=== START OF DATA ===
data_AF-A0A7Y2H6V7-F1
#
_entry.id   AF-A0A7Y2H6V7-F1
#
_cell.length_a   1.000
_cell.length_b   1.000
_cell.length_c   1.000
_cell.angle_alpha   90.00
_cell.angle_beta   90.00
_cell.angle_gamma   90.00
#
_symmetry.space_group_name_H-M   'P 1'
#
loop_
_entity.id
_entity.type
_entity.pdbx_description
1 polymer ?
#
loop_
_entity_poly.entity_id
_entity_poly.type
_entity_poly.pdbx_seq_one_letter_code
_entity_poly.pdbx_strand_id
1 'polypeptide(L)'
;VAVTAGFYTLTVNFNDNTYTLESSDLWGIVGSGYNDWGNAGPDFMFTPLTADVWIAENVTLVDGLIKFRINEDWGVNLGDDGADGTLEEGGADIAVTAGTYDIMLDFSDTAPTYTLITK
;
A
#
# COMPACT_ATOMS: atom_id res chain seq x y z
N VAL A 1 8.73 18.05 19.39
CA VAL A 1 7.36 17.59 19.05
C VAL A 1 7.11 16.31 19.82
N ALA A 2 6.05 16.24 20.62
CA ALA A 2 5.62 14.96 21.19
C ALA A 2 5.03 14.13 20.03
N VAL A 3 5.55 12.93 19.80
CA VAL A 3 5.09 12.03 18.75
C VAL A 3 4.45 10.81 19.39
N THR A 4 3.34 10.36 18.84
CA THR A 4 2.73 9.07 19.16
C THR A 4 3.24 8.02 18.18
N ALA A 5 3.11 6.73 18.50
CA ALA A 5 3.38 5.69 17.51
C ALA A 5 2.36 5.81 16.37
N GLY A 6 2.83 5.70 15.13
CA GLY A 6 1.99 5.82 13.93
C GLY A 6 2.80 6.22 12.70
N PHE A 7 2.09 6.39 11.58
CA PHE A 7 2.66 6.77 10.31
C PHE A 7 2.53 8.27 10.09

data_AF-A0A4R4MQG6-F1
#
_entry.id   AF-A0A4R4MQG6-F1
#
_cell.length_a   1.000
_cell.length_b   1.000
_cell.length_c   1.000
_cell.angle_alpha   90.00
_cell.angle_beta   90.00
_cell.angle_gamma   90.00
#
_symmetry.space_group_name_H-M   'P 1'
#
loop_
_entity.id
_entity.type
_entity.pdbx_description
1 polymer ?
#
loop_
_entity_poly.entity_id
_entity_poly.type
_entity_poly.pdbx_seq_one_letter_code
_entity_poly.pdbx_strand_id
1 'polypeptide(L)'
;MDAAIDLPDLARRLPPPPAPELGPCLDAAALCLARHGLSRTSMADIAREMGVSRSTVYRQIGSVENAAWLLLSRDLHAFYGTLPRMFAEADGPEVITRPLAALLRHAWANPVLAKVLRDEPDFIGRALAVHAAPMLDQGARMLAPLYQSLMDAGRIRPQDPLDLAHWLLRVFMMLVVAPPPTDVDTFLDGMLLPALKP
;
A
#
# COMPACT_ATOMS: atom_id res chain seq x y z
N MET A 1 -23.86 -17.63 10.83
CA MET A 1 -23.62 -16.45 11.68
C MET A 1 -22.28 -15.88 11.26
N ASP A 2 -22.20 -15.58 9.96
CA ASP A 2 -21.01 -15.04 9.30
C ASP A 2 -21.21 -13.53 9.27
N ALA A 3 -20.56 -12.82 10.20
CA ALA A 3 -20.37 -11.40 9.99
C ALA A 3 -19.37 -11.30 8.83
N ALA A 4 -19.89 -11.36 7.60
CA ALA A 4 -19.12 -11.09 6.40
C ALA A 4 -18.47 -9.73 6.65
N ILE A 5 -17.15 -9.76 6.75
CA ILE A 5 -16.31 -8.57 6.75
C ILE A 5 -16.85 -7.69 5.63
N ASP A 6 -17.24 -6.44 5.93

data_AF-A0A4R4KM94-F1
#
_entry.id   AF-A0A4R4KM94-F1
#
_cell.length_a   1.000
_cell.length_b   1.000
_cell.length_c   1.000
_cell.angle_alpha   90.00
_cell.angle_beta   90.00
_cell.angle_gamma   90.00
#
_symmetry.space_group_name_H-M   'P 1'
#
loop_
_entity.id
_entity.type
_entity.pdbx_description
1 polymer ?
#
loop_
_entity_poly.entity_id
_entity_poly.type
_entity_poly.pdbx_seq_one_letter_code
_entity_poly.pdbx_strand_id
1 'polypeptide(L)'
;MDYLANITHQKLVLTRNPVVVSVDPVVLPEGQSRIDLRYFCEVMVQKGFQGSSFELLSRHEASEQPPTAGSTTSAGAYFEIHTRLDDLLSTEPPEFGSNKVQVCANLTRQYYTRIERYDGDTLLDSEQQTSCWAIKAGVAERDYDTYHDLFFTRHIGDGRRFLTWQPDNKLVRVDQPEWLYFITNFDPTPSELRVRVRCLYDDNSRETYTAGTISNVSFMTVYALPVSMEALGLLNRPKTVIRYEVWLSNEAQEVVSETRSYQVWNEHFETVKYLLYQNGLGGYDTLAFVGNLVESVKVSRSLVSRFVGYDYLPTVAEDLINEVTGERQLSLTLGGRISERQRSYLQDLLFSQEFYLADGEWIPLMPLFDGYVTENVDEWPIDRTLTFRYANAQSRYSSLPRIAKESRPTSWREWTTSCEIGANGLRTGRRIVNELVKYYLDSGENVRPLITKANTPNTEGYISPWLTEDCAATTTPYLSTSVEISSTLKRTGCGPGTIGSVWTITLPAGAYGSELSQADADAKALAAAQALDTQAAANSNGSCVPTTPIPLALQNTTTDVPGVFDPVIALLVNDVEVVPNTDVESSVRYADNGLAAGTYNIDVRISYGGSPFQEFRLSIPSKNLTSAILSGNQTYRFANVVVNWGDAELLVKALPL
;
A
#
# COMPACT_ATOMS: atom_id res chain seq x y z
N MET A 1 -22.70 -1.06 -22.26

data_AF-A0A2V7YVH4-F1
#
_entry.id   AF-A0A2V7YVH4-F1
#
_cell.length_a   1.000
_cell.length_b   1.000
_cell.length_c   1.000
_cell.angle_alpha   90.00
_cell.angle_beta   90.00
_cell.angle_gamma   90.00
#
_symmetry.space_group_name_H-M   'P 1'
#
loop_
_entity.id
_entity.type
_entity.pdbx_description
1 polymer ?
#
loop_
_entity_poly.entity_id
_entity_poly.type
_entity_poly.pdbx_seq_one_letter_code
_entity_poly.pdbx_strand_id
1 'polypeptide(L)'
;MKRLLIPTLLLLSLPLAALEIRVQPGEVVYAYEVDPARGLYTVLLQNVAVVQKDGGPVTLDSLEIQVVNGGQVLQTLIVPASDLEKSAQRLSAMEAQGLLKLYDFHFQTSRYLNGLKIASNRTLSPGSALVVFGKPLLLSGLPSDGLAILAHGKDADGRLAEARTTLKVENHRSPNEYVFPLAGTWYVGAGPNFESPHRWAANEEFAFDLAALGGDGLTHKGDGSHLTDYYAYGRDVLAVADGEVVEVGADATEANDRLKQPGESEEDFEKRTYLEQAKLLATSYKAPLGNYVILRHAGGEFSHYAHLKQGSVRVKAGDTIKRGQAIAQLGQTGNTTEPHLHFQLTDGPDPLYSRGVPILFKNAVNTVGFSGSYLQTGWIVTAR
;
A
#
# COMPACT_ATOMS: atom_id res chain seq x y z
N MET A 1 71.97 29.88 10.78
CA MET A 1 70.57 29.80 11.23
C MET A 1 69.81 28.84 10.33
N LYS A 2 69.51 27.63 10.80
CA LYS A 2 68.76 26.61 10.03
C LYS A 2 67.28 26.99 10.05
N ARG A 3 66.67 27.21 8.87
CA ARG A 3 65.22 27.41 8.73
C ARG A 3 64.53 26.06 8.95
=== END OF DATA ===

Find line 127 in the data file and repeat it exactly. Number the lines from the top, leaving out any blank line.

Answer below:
# COMPACT_ATOMS: atom_id res chain seq x y z